The very term zero-risk F&O strategy might look quite incongruous to you. After all, you always thought that futures and options were high risk products. So, how can there ever be a zero-risk F&O strategy. That is what F&O is all about where you can actually define the maximum loss and create zero risk positions with minimal loss. Let us look at two such strategies
How to create a collar strategy with zero risk?
A collar is basically the combination of a futures/cash market position plus buying a lower put plus selling a higher call option. The strategy is designed in such a way that the premium received on the call option will compensate for the cost of the put option. Of course, selling a higher call will restrict your profits on the upside but it will also ensure that your maximum loss on the strategy will be zero or positive even in the worst case scenario. Let us look at a practical example of how such a collar strategy works.
Case 1: Investor X buys 1 lot of Reliance May 2018 futures at a price of Rs.968. However, since he believes that there could be downside risk on the stock, he also buys a 960 May 2018 put option at Rs.8. To reduce the cost of the put option, the investor also sells a 980 May 2018 call option at a price of Rs.16. Let us look at what happens at different price scenarios…
|RIL Price Scenario||P/L on Futures||P/L on Put Option||P/L on Call Option||Total Profit/Loss|
The above table is self-explicit on why this is a zero risk strategy. Any level below Rs.960 means that the total cost of Rs.16 on put (8+8) is fully compensated for by the premium of Rs.16 received on the call option. As we go higher, the maximum profit of Rs.20 is achieved at the RIL price of Rs.980. Remember that Rs.980 is the price at which the call is sold. So any profit on futures above the level of Rs.980 is fully adjusted by the loss on the call option. So the maximum profit in this strategy under any condition can only be Rs.20 (980-960).
There are two things you must understand in the collar strategy. Firstly, this strategy works best when the stock is in bullish mode. That means the calls will be slightly overpriced while the puts will be slightly underpriced. This will give you an opportunity to create the Collar at zero loss or at a small worst-case profit. On the upside, your maximum profit is capped at Rs.20. That is a trade-off you have to pay for creating a virtually zero-loss strategy.
Four-Legged Iron Condor Strategy with assured profit
In the Iron Condor strategy, there are four legs to the transaction. What you basically do is to combine a long strangle with a short strangle. A strangle is when you buy a call of a higher strike price and buy a put option of a lower strike price. Normally you buy a strangle you expect the market to be volatile. On the other hand when you sell strangles, you expect the market to be range-bound. When you combine a long strangle and a short strangle, you get an Iron Condor. This is how the Condor will look like. Assume that the Nifty Spot is at 10,550.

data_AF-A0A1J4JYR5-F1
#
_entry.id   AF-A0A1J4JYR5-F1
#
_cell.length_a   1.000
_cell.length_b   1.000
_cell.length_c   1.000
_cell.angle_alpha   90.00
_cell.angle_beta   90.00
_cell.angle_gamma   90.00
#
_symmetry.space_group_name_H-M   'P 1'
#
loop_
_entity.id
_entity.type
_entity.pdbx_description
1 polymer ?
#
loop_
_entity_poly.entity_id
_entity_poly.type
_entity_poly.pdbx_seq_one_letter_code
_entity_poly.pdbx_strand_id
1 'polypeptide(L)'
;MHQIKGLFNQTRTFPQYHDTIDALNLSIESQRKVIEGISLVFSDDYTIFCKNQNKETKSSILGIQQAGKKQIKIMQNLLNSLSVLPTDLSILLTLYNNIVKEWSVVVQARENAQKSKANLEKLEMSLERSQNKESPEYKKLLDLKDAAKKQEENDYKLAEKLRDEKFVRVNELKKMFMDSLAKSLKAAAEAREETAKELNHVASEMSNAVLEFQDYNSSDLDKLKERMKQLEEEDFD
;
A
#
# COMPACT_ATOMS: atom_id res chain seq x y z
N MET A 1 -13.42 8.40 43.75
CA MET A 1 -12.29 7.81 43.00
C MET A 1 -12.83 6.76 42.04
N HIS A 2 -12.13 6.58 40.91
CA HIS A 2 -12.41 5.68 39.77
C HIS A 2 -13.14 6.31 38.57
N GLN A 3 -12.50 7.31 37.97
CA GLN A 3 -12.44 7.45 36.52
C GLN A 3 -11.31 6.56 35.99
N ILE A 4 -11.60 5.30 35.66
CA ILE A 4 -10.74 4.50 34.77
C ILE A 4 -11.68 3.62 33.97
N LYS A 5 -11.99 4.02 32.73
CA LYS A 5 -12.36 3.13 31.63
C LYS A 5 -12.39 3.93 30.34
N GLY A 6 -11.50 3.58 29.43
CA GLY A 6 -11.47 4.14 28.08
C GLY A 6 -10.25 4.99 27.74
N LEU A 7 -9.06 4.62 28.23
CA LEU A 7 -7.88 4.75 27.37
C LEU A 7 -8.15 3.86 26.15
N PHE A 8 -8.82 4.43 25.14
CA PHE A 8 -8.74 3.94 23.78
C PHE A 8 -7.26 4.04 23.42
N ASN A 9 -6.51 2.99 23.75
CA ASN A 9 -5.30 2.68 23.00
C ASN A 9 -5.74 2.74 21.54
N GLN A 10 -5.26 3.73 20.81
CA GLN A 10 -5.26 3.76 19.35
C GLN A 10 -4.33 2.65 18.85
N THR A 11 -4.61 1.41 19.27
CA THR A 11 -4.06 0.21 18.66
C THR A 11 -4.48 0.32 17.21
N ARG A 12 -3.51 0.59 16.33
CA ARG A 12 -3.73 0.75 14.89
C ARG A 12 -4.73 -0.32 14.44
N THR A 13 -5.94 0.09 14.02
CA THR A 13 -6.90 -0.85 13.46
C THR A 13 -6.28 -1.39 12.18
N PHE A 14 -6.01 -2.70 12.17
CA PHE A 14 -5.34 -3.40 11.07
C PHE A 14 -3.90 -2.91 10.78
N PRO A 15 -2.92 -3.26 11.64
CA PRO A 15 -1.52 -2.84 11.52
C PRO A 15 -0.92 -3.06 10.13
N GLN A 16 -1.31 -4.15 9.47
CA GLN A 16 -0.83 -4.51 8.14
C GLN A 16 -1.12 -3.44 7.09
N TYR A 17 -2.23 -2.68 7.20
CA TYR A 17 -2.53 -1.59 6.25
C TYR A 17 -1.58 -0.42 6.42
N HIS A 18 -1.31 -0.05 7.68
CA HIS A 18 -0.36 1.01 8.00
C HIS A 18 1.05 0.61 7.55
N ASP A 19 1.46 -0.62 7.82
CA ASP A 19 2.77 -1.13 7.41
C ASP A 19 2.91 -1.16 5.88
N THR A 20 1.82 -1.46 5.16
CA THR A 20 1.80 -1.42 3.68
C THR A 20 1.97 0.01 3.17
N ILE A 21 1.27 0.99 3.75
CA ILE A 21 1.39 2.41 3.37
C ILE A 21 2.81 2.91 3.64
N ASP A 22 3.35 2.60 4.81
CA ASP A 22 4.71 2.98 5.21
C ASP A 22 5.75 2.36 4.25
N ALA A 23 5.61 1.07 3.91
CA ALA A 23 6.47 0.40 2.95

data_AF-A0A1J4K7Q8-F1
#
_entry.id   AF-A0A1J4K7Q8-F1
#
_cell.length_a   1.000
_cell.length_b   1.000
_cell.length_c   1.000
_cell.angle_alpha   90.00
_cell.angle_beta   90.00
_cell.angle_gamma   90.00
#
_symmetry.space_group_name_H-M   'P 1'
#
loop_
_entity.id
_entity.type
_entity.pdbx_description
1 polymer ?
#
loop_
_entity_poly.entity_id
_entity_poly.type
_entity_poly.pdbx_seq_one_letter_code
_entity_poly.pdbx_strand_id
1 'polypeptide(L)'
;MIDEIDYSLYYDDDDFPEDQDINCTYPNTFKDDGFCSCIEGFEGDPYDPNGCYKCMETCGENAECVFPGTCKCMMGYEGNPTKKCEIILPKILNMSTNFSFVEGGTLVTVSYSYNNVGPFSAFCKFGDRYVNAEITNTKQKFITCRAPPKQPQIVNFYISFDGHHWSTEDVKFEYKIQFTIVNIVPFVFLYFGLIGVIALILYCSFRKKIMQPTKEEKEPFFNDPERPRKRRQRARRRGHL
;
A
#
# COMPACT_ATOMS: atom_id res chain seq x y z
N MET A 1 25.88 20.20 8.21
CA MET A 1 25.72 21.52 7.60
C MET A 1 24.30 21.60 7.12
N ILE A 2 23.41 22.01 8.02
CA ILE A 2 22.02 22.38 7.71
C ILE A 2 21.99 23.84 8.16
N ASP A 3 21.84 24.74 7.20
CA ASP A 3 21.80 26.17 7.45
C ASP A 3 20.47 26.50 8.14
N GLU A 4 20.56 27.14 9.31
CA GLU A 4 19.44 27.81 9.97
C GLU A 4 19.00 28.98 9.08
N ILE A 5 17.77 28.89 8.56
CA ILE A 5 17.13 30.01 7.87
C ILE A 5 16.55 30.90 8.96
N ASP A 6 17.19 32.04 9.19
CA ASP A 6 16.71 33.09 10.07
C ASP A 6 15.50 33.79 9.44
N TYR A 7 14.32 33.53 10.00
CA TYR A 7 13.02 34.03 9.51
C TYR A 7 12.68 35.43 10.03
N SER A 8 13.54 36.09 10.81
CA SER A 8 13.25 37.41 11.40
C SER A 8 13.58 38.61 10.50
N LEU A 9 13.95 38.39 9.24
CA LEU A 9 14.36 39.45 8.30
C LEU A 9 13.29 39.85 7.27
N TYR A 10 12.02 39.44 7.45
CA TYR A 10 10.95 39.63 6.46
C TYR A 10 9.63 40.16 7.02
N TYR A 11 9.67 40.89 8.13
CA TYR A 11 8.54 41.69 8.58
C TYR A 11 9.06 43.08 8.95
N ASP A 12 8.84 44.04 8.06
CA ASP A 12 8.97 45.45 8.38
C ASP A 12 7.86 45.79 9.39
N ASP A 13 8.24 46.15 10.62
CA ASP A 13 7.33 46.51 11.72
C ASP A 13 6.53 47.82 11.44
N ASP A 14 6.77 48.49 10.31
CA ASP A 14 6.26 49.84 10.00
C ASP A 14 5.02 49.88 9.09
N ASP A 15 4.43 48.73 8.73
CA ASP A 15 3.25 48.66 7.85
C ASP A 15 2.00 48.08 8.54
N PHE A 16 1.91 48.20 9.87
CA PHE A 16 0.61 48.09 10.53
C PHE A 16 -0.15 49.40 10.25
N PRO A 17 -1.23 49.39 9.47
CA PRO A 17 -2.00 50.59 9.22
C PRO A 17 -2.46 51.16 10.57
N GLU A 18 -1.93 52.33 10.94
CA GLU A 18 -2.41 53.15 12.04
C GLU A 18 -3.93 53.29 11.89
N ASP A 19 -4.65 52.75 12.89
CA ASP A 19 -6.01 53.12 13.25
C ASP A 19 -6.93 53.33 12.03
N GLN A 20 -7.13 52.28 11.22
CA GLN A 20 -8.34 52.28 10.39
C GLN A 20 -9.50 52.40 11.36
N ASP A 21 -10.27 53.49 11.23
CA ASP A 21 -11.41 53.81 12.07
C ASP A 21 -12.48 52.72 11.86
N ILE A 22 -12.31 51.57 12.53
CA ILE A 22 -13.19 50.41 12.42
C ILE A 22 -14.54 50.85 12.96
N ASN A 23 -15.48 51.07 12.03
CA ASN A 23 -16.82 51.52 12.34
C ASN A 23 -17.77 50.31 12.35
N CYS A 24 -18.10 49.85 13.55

|Buy Nifty 10,400 Put||Sell Nifty 10,500 Put||Sell Nifty 10,600 call||Buy Nifty 10,700 Call|
Case 2: In the above table, the two yellow shaded portions represent a long strangle while the two blue shaded portions represent a short strangle. Let us see how the Iron Condor will play out under different price conditions
|Price||Buy 10400 Put||Sell 10500 Put||Sell 10600 Call||Buy 10700 Call||Profit/Loss|
In the above case, the Iron Condor has a positive net pay-off. The maximum profit on the Iron Condor is generated between the range of 10,500 and 10,600 where the short strangle leg has been sold by the investor. But irrespective of the price movement, the Iron Condor strategy is still generating a minimum profit of Rs.50. You will also notice that the maximum profit in the strategy of Rs.150 is the actual net premium received by the investor.
There are two very important things to remember here. Firstly, you do not need to wait for the expiry of the contracts. If the Nifty remains in the range of 10,500 to 10,600 the net payoff of the Iron Condor will come down and at that level you can reverse your position and book the profits. Secondly, this is a 4-leg strategy and including closure it will entail 8 legs. You need to factor in the brokerage and other statutory charges into your calculations when you actually create these zero risk strategies.